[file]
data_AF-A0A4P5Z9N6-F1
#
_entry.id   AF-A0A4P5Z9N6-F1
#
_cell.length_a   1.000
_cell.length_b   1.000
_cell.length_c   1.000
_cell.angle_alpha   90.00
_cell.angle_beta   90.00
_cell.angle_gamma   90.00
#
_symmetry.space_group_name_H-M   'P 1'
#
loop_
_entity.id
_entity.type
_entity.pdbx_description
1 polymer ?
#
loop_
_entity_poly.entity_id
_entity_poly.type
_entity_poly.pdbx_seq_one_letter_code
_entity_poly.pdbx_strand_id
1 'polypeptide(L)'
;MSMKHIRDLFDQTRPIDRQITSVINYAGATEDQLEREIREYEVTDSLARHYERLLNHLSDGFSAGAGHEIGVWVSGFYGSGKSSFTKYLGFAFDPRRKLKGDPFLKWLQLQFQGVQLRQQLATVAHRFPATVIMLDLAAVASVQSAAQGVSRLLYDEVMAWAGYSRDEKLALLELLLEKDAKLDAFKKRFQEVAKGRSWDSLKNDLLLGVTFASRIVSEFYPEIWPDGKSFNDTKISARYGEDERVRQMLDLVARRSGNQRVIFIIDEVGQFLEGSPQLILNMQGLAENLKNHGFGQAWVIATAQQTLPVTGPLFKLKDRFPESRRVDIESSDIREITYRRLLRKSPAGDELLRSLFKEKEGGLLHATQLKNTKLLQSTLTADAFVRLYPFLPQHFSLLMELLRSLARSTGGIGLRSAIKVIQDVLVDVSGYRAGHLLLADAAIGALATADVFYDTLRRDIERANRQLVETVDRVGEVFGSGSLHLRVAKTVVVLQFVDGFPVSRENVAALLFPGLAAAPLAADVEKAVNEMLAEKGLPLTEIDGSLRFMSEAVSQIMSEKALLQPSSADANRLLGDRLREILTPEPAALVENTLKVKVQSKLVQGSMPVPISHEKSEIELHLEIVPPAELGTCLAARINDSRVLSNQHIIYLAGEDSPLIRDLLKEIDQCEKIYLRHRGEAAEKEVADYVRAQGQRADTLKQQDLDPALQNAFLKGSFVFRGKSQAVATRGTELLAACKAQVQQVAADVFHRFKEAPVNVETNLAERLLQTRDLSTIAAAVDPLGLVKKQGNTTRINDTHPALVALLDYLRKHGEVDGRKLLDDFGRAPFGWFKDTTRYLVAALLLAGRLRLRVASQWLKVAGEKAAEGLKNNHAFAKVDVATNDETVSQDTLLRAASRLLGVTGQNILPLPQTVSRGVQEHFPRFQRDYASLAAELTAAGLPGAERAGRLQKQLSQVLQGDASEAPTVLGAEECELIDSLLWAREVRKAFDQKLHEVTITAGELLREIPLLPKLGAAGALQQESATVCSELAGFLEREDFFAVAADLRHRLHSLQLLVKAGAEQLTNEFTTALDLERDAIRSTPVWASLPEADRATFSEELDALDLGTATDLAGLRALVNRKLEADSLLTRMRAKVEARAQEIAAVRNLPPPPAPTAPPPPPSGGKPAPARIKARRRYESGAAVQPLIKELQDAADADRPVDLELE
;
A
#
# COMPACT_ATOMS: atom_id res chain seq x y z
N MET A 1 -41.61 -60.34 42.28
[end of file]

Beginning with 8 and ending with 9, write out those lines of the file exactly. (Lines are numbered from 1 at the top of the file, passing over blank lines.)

_cell.angle_alpha   90.00
_cell.angle_beta   90.00